Attorney Sanzone has had first hand experience and has in federal court confronted the corruption and police misconduct of police officers for the City of Newark in his civil rights cases against the city (  Likewise, in criminal cases Attorney Sanzone has successfully defended defendant’s charged with false allegation by Newark Police Officers and has obtained dismissals or acquittals because of various forms of police misconduct.

The Cory Booker cover-up unfortunately is not limited to him or his city.  Unfortunately, in almost every town and city in this State, mayors, police commissions and directors have internal affairs units which are a virtual joke.  Contrary to law and public safety, these police directors’ use their internal affairs units not to protect the public from bad and corrupt cops, but rather, as a device to quash and silence citizens from making valid complaints, with the purpose to discourage and dissuade them from filing grievances and complaints against police officers and police departments in the future.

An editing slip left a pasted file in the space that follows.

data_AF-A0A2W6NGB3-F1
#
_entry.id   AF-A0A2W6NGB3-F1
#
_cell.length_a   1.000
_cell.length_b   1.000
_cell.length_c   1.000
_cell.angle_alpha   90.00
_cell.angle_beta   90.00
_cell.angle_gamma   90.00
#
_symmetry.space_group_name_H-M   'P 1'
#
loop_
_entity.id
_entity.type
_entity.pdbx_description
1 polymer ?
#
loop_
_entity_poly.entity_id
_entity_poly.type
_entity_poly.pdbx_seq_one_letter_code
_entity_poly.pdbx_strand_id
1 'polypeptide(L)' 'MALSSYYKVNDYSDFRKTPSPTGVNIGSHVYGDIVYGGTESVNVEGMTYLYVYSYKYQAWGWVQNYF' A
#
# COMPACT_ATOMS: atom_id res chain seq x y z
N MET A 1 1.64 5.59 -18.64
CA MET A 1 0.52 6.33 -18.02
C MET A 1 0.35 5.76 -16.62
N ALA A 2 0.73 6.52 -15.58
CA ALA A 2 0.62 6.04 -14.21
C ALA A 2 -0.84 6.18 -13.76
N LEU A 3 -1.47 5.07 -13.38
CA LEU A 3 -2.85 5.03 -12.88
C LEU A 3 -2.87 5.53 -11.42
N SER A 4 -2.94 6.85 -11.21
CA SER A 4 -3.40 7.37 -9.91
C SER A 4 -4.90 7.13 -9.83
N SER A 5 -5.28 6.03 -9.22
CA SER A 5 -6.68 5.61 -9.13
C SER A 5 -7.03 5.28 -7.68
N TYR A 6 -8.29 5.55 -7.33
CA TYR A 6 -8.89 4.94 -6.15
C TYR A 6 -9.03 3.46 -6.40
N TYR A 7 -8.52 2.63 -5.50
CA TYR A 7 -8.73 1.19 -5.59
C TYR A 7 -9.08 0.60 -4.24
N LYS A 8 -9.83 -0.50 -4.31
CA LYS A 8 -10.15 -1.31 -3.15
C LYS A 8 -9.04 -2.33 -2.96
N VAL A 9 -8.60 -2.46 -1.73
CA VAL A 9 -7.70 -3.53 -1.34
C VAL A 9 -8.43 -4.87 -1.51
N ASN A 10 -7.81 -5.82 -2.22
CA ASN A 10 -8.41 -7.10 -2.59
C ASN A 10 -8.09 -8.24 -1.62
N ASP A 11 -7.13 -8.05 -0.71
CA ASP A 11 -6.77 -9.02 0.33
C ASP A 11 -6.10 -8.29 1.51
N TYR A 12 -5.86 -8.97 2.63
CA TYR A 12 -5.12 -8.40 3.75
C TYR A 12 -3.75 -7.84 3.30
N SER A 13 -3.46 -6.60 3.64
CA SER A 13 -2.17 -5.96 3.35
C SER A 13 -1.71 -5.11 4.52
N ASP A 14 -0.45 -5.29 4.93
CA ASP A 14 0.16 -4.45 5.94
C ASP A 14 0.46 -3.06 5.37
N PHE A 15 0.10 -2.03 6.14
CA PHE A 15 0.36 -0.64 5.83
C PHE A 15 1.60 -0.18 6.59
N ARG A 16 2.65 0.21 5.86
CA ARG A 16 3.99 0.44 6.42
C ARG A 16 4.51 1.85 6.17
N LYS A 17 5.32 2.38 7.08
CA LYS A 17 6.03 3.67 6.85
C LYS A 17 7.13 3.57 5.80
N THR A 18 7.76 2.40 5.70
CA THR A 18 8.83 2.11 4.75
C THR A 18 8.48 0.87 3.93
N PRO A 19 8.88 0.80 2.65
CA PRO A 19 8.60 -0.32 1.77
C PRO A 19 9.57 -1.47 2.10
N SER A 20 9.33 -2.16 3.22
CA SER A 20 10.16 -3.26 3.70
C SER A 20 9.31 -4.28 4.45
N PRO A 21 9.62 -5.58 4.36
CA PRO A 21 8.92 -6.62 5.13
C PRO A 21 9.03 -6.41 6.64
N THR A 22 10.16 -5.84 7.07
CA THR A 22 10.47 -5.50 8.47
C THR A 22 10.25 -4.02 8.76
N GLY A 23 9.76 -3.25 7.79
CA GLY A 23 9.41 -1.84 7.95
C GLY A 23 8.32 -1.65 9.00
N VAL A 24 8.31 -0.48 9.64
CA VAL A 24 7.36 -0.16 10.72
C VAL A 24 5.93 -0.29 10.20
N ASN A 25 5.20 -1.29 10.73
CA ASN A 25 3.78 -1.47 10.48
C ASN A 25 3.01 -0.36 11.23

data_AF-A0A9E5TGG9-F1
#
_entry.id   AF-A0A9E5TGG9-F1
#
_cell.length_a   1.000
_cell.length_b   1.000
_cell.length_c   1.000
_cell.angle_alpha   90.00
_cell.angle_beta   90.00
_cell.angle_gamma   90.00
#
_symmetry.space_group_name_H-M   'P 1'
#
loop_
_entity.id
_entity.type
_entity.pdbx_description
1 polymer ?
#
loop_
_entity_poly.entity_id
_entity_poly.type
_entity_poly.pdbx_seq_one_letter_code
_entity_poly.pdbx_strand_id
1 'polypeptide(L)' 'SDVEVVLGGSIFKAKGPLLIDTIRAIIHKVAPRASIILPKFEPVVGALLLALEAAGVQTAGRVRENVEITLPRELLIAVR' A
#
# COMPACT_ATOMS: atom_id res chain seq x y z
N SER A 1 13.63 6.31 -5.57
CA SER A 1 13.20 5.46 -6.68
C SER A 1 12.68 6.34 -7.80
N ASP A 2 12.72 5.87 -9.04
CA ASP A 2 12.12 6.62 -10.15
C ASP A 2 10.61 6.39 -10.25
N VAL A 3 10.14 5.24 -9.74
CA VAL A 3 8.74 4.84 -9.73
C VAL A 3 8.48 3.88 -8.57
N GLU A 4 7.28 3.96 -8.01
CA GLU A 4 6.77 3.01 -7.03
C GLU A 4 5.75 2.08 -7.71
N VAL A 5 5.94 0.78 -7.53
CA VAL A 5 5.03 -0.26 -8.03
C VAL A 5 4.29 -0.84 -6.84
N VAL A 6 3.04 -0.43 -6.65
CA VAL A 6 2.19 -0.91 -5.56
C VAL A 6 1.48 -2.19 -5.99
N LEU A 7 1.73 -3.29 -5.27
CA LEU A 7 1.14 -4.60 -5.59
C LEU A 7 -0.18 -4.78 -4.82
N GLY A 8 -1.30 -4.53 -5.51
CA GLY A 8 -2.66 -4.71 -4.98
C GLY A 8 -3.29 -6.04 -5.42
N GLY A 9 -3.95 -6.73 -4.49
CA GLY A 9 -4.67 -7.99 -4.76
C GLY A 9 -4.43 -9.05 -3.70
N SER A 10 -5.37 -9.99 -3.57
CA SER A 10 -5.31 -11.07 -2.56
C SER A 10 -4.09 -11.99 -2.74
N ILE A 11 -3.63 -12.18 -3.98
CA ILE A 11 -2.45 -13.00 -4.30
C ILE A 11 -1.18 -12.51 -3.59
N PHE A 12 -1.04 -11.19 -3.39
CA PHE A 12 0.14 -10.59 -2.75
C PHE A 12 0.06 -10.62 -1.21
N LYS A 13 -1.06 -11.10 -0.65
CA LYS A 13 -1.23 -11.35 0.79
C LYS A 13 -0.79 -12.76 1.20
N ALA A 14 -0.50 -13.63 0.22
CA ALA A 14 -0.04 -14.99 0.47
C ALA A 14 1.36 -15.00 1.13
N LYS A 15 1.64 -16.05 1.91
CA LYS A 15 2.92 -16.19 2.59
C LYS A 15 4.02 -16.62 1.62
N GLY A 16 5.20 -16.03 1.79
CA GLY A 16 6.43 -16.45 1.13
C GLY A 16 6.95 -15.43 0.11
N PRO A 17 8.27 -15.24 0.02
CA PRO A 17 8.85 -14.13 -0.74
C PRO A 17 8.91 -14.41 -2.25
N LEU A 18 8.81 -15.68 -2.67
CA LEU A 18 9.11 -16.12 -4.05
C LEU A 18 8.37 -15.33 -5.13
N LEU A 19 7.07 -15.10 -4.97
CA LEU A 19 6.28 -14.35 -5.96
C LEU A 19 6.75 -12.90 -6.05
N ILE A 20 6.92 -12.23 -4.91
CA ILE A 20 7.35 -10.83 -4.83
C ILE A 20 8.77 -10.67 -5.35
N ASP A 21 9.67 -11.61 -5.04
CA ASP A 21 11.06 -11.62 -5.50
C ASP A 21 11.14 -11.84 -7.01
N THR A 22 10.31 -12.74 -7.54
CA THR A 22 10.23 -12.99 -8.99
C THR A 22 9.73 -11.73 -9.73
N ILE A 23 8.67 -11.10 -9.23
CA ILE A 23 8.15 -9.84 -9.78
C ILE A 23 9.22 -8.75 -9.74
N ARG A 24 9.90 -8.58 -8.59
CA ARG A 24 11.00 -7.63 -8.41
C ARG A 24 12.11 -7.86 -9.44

The federal government and state attorney’s general office has a daunting task in reforming police departments, but it is clear that left to their self policing they will continue to abuse and violate citizens’ constitutional rights with impunity.  It would benefit everyone including honest and hard working police officers to weed out cops who engage in corruption and police misconduct; why it does not happened I do not know.

Law Office of Vincent J. Sanzone, Jr.
Elizabeth, N.J.

Dated: June 1, 2011